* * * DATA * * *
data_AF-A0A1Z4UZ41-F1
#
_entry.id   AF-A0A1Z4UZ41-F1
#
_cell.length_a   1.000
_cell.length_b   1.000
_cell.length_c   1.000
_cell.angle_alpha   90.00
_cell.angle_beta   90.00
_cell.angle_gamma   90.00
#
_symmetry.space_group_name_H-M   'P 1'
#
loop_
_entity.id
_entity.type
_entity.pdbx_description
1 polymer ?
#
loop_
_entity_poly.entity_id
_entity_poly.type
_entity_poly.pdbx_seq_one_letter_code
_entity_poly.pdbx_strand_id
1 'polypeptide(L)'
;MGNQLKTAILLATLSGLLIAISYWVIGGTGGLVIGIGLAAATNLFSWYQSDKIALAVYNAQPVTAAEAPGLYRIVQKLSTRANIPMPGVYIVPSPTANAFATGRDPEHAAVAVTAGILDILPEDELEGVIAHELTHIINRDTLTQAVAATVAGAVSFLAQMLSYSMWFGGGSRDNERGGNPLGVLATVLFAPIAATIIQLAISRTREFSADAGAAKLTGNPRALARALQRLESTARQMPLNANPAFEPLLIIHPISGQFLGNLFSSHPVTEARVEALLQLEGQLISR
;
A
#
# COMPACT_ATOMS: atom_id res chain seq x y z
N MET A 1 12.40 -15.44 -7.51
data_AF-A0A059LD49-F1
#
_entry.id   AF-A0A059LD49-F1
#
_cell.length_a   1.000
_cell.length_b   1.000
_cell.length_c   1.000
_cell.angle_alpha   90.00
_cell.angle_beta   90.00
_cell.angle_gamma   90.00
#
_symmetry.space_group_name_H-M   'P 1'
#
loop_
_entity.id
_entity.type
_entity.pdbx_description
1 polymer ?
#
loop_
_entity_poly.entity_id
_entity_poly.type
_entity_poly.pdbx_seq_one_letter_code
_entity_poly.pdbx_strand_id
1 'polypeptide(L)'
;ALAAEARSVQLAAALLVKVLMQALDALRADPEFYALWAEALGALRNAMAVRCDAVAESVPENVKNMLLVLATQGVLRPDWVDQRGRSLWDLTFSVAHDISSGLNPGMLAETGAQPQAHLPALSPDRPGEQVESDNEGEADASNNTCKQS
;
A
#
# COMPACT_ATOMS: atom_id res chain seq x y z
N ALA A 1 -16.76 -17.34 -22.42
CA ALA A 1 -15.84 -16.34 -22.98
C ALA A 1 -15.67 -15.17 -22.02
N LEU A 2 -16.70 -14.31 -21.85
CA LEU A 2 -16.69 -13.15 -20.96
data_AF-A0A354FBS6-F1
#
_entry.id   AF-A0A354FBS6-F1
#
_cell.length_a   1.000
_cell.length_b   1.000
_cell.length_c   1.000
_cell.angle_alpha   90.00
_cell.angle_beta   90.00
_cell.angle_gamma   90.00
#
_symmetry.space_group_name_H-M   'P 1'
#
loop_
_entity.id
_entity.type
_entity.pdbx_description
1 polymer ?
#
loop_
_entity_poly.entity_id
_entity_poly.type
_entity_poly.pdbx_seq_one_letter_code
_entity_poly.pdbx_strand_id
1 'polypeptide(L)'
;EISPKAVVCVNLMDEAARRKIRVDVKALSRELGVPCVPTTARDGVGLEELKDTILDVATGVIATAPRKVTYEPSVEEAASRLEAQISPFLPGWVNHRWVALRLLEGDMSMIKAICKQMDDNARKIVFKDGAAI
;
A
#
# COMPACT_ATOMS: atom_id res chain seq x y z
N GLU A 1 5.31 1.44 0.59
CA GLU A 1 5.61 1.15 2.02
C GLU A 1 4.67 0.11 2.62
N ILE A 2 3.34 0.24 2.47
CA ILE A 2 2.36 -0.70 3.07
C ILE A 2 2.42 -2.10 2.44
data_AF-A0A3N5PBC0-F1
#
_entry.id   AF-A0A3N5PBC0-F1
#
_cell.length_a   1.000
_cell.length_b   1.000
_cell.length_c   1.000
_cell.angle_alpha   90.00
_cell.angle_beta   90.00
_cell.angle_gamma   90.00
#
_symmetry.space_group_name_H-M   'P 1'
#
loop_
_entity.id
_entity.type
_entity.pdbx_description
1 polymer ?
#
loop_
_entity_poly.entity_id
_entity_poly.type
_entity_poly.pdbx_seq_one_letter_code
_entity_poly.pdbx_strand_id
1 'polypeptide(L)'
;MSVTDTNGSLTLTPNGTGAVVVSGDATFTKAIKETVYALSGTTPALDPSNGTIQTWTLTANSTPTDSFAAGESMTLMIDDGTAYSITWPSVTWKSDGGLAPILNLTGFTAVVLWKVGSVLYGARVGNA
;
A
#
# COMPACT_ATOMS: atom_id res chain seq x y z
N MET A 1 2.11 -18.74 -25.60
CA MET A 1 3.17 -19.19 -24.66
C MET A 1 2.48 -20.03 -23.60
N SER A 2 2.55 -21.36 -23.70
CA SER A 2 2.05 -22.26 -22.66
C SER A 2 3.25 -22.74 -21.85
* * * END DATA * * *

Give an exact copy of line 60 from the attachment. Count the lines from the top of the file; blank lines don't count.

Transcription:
#